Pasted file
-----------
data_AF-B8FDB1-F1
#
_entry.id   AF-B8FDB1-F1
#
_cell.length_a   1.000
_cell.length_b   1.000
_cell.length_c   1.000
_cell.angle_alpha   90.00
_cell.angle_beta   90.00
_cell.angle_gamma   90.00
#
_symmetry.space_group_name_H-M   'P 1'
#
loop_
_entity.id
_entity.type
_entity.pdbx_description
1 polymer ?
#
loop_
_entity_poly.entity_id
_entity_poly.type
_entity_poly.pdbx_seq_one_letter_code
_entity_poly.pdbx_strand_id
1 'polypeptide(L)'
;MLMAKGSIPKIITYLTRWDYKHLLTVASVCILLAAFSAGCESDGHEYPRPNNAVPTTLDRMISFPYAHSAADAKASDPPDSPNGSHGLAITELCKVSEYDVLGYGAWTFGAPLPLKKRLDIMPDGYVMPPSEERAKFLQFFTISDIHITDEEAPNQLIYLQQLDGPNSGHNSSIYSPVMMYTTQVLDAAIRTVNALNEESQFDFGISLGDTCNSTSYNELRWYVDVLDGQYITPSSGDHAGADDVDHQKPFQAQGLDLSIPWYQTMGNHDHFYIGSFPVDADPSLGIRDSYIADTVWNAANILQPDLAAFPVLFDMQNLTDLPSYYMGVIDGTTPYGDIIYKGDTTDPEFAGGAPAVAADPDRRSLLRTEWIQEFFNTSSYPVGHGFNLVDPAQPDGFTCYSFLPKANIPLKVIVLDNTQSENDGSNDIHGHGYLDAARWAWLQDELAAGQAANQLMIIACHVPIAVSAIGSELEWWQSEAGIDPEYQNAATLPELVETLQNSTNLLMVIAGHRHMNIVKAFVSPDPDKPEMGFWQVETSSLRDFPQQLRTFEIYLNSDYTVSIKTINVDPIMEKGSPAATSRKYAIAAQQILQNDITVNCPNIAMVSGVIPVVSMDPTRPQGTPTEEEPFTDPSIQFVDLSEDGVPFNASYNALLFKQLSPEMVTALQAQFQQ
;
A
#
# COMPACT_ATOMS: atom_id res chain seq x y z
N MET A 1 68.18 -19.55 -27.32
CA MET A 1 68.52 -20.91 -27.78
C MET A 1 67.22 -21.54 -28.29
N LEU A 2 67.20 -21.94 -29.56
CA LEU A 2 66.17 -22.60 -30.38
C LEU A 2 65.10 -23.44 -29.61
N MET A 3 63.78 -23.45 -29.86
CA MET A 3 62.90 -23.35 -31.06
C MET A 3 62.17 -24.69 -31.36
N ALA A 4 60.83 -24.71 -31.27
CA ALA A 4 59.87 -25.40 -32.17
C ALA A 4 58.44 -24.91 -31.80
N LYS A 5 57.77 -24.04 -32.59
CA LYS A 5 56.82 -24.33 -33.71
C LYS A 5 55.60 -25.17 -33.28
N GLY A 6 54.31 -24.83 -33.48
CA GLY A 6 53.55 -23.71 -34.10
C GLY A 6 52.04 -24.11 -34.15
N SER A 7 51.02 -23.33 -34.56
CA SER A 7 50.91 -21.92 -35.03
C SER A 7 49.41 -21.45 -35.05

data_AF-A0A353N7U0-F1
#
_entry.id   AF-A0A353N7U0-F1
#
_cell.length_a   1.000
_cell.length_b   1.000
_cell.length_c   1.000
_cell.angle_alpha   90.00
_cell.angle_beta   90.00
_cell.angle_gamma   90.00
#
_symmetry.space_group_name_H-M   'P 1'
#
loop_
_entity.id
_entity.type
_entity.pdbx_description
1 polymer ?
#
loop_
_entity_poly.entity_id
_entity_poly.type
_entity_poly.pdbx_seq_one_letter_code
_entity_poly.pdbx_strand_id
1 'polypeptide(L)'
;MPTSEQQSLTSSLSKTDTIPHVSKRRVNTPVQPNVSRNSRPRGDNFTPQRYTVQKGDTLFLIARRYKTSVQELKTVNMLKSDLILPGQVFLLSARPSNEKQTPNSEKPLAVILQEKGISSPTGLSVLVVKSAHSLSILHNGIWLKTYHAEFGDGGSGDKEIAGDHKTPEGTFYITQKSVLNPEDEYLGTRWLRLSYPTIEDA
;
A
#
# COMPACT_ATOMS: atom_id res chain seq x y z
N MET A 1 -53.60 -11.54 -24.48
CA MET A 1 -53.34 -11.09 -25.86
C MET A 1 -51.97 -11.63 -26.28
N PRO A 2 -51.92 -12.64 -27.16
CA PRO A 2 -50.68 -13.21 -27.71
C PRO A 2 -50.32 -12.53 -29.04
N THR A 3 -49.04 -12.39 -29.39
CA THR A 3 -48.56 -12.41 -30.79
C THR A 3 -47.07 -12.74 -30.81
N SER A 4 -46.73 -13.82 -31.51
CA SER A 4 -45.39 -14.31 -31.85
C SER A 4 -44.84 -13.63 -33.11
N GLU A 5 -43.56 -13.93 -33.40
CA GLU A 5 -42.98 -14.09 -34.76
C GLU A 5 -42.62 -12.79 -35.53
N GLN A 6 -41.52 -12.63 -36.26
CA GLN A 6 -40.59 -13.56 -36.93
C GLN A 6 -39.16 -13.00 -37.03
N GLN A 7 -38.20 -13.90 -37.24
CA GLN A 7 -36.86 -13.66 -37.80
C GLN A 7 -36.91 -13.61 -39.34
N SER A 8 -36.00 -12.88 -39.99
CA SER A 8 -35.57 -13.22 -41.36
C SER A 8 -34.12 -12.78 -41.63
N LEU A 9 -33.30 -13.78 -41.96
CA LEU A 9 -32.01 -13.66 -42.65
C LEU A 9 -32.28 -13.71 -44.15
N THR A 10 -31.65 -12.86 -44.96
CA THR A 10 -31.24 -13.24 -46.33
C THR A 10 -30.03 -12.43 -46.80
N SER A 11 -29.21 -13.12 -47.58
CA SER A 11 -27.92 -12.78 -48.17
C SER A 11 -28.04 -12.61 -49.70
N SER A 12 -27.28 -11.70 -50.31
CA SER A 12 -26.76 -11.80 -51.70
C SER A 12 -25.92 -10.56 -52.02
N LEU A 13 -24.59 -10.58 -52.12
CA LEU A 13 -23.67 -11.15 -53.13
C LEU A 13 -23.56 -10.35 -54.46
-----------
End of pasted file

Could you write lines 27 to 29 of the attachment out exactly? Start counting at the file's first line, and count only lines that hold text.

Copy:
;
A
#